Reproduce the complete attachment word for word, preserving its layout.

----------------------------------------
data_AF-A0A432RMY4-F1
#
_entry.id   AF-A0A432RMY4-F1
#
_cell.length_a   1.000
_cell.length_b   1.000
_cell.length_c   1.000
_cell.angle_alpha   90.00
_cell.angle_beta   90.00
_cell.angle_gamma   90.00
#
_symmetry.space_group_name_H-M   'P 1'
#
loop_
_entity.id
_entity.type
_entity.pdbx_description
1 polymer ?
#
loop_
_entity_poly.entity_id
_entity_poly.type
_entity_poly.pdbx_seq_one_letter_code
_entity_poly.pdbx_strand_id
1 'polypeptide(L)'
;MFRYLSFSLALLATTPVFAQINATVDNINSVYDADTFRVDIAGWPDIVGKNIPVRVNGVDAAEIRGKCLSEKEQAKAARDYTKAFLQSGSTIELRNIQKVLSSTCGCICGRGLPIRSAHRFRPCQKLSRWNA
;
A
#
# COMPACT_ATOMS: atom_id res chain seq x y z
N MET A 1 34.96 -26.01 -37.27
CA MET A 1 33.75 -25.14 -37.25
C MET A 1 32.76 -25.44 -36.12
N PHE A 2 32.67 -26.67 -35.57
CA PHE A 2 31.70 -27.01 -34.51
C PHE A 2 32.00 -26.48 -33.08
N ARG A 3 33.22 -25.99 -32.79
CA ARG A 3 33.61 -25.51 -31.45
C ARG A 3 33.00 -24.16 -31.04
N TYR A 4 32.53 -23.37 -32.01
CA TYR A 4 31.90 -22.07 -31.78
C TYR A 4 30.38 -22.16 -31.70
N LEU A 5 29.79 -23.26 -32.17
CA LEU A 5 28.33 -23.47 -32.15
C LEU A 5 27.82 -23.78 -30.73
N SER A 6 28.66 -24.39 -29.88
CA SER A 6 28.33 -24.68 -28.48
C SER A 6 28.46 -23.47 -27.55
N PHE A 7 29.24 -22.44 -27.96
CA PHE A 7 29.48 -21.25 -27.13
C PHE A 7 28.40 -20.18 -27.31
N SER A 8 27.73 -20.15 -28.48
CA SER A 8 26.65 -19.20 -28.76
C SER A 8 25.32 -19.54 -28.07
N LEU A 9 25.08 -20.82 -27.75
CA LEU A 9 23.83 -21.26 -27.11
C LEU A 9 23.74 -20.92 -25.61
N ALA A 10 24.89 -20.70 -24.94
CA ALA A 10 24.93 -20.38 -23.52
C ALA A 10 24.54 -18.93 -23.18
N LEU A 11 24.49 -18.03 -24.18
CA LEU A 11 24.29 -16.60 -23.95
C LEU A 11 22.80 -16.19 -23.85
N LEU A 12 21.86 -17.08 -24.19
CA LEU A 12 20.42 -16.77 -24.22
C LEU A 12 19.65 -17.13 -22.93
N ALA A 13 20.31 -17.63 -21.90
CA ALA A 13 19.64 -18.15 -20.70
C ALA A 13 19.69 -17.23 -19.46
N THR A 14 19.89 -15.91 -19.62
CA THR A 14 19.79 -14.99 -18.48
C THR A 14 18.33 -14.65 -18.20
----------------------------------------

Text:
data_AF-A0A432RMY4-F1
#
_entry.id   AF-A0A432RMY4-F1
#
_cell.length_a   1.000
_cell.length_b   1.000
_cell.length_c   1.000
_cell.angle_alpha   90.00
_cell.angle_beta   90.00
_cell.angle_gamma   90.00
#
_symmetry.space_group_name_H-M   'P 1'
#
loop_
_entity.id
_entity.type
_entity.pdbx_description
1 polymer ?
#
loop_
_entity_poly.entity_id
_entity_poly.type
_entity_poly.pdbx_seq_one_letter_code
_entity_poly.pdbx_strand_id
1 'polypeptide(L)'
;MFRYLSFSLALLATTPVFAQINATVDNINSVYDADTFRVDIAGWPDIVGKNIPVRVNGVDAAEIRGKCLSEKEQAKAARDYTKAFLQSGSTIELRNIQKVLSSTCGCICGRGLPIRSAHRFRPCQKLSRWNA
;
A
#
# COMPACT_ATOMS: atom_id res chain seq x y z
N MET A 1 34.96 -26.01 -37.27
CA MET A 1 33.75 -25.14 -37.25
C MET A 1 32.76 -25.44 -36.12
N PHE A 2 32.67 -26.67 -35.57
CA PHE A 2 31.70 -27.01 -34.51
C PHE A 2 32.00 -26.48 -33.08
N ARG A 3 33.22 -25.99 -32.79
CA ARG A 3 33.61 -25.51 -31.45
C ARG A 3 33.00 -24.16 -31.04
N TYR A 4 32.53 -23.37 -32.01
CA TYR A 4 31.90 -22.07 -31.78
C TYR A 4 30.38 -22.16 -31.70
N LEU A 5 29.79 -23.26 -32.17
CA LEU A 5 28.33 -23.47 -32.15
C LEU A 5 27.82 -23.78 -30.73
N SER A 6 28.66 -24.39 -29.88
CA SER A 6 28.33 -24.68 -28.48
C SER A 6 28.46 -23.47 -27.55
N PHE A 7 29.24 -22.44 -27.96
CA PHE A 7 29.48 -21.25 -27.13
C PHE A 7 28.40 -20.18 -27.31
N SER A 8 27.73 -20.15 -28.48
CA SER A 8 26.65 -19.20 -28.76
C SER A 8 25.32 -19.54 -28.07
N LEU A 9 25.08 -20.82 -27.75
CA LEU A 9 23.83 -21.26 -27.11
C LEU A 9 23.74 -20.92 -25.61
N ALA A 10 24.89 -20.70 -24.94
CA ALA A 10 24.93 -20.38 -23.52
C ALA A 10 24.54 -18.93 -23.18
N LEU A 11 24.49 -18.03 -24.18
CA LEU A 11 24.29 -16.60 -23.95
C LEU A 11 22.80 -16.19 -23.85
N LEU A 12 21.86 -17.08 -24.19
CA LEU A 12 20.42 -16.77 -24.22
C LEU A 12 19.65 -17.13 -22.93
N ALA A 13 20.31 -17.63 -21.90
CA ALA A 13 19.64 -18.15 -20.70
C ALA A 13 19.69 -17.23 -19.46
N THR A 14 19.89 -15.91 -19.62
CA THR A 14 19.79 -14.99 -18.48
C THR A 14 18.33 -14.65 -18.20